Original Research

How language challenges affect the behaviour of immigrant learners in the Foundation Phase at three schools in Gauteng, South Africa

Vusiwana C. Babane
South African Journal of Childhood Education | Vol 10, No 1 | a868 | DOI: https://doi.org/10.4102/sajce.v10i1.868 | © 2020 Vusiwana C. Babane | This work is licensed under CC Attribution 4.0
Submitted: 24 April 2020 | Published: 17 December 2020

About the author(s)

Vusiwana C. Babane, Department of Educational Psychology, Faculty of Education, University of the Western Cape, Cape Town, South Africa


Background: The education of immigrant children is influenced by many factors that emanate from global socio-economic and political issues. In the South African education system, teachers do not have guidelines on how to include immigrant children from diverse linguistic and cultural backgrounds. The question that arose was ‘what effect does poor language proficiency have on immigrant learners’ psychosocial development?’

Aim: This study focused on how language challenges experienced by immigrant children influence their relationships with themselves and others in the learning environment. The second objective was to find out how teachers are coping with immigrant learners.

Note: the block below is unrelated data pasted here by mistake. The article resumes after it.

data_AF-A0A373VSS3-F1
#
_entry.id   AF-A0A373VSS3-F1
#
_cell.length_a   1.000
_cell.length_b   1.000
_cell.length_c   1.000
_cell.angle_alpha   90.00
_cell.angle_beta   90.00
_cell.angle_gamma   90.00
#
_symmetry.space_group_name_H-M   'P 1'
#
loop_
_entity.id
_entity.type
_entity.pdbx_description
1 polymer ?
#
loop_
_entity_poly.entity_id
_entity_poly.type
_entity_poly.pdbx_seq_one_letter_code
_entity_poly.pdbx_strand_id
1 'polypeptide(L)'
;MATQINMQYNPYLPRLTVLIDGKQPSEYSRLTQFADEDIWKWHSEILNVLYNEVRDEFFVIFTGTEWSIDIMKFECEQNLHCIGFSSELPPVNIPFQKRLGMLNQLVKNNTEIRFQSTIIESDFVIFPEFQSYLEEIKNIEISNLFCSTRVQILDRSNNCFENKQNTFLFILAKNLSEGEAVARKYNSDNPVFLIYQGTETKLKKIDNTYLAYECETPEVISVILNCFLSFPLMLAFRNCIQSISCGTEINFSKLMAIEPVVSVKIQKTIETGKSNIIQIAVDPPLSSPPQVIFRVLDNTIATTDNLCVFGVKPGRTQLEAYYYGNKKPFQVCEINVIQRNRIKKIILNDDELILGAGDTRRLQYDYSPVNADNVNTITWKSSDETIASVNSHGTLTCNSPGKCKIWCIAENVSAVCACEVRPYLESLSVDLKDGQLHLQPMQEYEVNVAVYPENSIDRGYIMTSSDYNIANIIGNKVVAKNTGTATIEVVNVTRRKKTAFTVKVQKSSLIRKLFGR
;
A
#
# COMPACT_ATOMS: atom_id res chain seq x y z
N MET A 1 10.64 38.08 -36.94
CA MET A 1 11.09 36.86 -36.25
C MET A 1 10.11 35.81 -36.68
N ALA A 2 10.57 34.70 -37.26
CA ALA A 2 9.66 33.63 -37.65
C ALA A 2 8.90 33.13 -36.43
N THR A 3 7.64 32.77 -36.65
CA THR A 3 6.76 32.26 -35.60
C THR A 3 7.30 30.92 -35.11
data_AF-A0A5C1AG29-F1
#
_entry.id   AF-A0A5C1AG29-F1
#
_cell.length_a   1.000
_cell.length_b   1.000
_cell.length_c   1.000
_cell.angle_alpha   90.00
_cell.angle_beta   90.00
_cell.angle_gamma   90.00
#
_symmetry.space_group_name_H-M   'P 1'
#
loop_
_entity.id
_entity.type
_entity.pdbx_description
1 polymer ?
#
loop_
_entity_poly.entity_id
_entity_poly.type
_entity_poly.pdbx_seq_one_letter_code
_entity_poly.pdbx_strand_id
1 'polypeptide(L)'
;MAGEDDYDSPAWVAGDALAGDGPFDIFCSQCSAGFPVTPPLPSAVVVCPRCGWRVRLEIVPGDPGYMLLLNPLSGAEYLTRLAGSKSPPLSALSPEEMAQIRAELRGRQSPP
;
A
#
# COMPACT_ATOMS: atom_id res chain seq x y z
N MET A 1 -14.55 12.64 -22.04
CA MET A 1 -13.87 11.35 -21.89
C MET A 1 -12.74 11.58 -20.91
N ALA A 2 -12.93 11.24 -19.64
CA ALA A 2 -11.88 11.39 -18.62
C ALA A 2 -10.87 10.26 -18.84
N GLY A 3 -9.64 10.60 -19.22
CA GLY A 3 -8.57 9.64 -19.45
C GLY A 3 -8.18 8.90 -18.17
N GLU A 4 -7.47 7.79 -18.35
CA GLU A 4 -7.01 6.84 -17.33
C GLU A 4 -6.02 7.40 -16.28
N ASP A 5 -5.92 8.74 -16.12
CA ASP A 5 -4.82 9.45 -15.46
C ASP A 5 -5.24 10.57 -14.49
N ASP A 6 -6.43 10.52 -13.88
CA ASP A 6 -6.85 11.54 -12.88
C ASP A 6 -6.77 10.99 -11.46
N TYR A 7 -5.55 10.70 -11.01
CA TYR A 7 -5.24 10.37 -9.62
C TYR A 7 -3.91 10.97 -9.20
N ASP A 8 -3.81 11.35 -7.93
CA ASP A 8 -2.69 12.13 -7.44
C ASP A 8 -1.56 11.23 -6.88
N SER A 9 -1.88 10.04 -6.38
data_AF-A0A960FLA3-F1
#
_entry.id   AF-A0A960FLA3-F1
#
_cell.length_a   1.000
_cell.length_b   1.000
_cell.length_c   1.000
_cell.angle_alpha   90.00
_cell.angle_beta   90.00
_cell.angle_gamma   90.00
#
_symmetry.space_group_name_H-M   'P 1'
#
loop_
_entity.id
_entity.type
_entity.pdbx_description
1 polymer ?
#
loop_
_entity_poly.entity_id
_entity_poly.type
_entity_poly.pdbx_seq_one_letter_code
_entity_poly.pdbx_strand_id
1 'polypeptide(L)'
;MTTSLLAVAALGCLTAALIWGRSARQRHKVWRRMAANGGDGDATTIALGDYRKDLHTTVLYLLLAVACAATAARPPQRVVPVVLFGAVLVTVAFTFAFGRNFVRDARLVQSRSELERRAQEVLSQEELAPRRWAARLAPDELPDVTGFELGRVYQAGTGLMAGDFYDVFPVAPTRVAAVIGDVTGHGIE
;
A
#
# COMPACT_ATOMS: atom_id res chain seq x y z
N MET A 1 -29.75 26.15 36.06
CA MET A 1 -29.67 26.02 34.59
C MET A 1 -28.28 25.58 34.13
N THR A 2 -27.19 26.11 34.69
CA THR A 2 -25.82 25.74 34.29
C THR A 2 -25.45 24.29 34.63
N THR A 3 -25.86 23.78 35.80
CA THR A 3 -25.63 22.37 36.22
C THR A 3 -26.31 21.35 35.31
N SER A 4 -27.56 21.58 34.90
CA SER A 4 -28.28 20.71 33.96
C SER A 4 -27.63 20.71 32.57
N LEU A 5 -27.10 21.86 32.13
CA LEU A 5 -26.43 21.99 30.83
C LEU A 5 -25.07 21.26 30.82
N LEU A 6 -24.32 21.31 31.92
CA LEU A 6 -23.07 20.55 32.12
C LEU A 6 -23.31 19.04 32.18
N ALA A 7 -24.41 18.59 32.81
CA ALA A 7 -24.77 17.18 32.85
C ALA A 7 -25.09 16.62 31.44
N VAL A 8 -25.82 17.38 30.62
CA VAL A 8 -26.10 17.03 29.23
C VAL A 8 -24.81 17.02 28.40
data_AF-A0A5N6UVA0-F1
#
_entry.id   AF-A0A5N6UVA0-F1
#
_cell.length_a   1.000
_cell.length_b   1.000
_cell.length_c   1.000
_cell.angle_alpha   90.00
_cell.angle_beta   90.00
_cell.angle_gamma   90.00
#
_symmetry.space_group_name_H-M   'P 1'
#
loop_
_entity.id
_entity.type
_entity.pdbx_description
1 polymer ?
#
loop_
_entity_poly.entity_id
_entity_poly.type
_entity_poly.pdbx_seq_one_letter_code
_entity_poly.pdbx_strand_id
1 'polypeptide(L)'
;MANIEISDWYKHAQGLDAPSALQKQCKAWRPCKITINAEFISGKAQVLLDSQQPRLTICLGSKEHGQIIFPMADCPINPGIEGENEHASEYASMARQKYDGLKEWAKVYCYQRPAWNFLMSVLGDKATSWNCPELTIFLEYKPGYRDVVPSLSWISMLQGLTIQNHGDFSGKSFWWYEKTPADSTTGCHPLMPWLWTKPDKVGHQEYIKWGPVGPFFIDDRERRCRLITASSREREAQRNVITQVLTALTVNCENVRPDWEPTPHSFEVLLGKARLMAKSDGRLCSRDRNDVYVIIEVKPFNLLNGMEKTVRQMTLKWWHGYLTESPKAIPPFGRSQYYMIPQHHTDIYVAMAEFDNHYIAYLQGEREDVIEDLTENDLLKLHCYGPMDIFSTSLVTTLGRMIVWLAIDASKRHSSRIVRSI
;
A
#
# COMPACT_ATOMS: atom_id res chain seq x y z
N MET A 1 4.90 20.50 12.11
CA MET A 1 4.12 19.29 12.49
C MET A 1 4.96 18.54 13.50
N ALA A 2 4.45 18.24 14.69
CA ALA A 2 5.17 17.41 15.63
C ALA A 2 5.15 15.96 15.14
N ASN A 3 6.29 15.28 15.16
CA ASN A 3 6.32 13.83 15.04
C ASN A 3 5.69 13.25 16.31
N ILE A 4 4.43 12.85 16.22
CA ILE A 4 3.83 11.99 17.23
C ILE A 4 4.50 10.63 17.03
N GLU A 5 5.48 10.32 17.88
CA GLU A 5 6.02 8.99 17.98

Setting: Learners were purposively selected from former Model C Foundation Phase classrooms in three selected schools in Gauteng province, South Africa. Former Model C schools are schools that accepted only white children prior to the early 1990s.

Methods: This study uses an interpretive research paradigm with thematic analysis of data from focus group interviews and individual interviews. Participants were 48 Foundation Phase learners, 24 female educators and three school principals.

Results: The results suggest that language barriers create a vicious cycle of negative emotions and unhealthy interactive patterns between immigrant and local children. Immigrant learners experience cognitive and social inhibition, isolation and bullying by the local learners.

Conclusion: There are implications for the integration of psychosocial content in teaching a language. This could empower Foundation Phase teachers with guidelines for teaching English to all second language learners in a way that fosters positive adjustment of immigrant children and prosocial behaviour in the learning environment.


identity formation; prosocial behaviour; bullying; intrapersonal; interpersonal; psychosocial well-being; funds of knowledge; social identity


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